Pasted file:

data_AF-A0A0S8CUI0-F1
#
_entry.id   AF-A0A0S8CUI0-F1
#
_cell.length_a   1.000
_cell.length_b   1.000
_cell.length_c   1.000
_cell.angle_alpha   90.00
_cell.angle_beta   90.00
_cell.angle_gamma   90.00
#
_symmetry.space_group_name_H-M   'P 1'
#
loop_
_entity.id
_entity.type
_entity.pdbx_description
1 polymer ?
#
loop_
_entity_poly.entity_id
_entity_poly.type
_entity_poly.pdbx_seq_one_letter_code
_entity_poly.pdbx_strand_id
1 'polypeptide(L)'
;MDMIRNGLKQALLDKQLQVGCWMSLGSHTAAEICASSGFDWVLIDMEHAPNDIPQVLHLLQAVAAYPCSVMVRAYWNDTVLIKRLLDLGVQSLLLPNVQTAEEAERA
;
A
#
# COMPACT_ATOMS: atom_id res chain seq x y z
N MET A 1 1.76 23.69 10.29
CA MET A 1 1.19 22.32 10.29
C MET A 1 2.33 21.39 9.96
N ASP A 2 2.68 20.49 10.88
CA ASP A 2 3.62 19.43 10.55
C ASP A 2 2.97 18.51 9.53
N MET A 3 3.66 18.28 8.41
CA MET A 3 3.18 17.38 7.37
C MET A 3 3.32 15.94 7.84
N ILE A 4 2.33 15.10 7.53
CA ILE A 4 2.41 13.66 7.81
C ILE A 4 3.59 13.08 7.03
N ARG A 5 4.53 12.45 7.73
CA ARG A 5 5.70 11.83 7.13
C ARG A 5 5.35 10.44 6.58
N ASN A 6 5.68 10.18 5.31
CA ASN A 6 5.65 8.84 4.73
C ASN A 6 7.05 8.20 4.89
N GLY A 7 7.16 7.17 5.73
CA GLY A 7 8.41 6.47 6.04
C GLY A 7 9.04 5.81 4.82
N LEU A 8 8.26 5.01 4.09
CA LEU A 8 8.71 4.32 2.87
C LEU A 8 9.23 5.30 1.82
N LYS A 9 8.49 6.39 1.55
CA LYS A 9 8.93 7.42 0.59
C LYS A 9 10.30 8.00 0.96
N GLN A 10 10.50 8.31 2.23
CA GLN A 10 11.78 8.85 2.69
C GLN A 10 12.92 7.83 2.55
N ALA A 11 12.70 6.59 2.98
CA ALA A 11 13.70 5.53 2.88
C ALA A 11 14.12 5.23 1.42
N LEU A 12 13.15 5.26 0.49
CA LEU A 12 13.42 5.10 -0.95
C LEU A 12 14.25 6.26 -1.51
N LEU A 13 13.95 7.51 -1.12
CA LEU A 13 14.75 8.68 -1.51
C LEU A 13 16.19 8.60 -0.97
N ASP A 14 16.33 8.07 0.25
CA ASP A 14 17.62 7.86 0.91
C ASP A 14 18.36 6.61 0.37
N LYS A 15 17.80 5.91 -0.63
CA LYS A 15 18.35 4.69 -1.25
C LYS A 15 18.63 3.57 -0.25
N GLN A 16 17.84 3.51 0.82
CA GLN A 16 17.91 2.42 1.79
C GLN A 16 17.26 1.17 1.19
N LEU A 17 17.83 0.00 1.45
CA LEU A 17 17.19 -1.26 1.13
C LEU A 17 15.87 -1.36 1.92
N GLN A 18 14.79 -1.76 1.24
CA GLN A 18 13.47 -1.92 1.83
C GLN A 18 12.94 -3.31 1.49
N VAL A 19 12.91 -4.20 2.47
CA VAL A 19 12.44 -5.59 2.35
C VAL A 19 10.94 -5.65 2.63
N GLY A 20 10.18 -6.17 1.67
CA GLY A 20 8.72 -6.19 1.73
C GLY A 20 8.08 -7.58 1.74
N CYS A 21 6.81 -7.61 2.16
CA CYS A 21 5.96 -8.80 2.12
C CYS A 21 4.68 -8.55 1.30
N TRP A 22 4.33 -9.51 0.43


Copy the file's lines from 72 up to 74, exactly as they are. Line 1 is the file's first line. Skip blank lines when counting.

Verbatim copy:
C ASP A 14 18.36 6.61 0.37
N LYS A 15 17.80 5.91 -0.63
CA LYS A 15 18.35 4.69 -1.25